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The only checks and balances in a euthanasia or assisted suicide law come after the patient is dead

Paperwork, tick boxes and review committees. No one but the doctor is watching until after the patient is dead.

The heavy bureaucracy built into assisted suicide and euthanasia laws are supposed to keep people safe – to ensure that they are making a competent, uncoerced decision to die.

All of this is in the hands of the primary medical professional until after the patient has died, and a review committee reviews that everything has been done according to the law.

But what if something went wrong? What if the patient was coerced? Or what if they weren’t competent to make the decision to die? A review committee can’t bring the patient back, and, internationally, they have even been reluctant to punish doctors who get it wrong. Across both the Netherlands and Belgium, despite review committees questioning the judgment of medical professionals in dozens of euthanasia deaths, only two cases against a doctor have been handed over for judicial review.

And that’s when all the paperwork has been filed and the doctor has reported that a euthanasia death has occurred. In the Netherlands, at least 23% of euthanasia deaths aren’t reported despite being required by law. In the Flanders region of Belgium, that percentage jumps to nearly 50%.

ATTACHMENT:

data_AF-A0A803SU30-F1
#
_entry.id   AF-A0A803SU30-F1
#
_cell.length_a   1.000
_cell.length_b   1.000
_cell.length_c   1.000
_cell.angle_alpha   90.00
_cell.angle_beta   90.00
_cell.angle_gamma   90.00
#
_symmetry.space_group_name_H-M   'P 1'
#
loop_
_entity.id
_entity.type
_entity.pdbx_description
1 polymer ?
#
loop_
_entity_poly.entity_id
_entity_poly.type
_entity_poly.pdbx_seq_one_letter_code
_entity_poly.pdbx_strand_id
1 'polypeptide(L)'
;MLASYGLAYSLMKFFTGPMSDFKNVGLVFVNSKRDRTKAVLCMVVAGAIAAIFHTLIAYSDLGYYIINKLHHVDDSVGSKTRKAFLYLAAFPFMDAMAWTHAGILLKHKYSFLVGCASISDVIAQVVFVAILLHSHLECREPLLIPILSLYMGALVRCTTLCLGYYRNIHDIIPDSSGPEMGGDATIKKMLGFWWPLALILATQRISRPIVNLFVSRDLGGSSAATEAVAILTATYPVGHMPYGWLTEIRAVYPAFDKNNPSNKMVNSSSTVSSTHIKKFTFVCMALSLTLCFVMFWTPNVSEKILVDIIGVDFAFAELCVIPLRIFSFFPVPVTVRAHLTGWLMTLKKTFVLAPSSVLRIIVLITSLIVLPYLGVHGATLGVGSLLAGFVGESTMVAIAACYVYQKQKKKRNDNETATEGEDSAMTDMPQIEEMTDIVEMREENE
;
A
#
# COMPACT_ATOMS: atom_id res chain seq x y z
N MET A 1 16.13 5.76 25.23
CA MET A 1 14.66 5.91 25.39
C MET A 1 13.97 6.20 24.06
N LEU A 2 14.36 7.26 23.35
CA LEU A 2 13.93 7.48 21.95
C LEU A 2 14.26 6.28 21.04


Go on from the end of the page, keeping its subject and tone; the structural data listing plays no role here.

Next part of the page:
The End of Life Choice Bill proposes that a doctor submits paperwork to a Registrar, who would be responsible for checking that the process has been complied with before the death goes ahead. However, because the doctor-patient relationship is based on confidentiality, the Registrar would need to take doctors at their word. It would be up to doctors to report whether they followed all the requirements. If they cut corners, the only witness may be the dead victim.

Sources: B D Onwuteaka-Philipsen et al., “Trends in end-of-life practices before and after the enactment of the euthanasia law in the Netherlands from 1990 to 2010: a repeated cross-sectional survey,” in Lancet (2012) 380(9845): 908-915; T Smets, J Bilsen, J Cohen, et al., “Reporting of euthanasia in medical practice in Flanders, Belgium: cross sectional analysis of reported and unreported cases,” BMJ (2010) 341:c5174.

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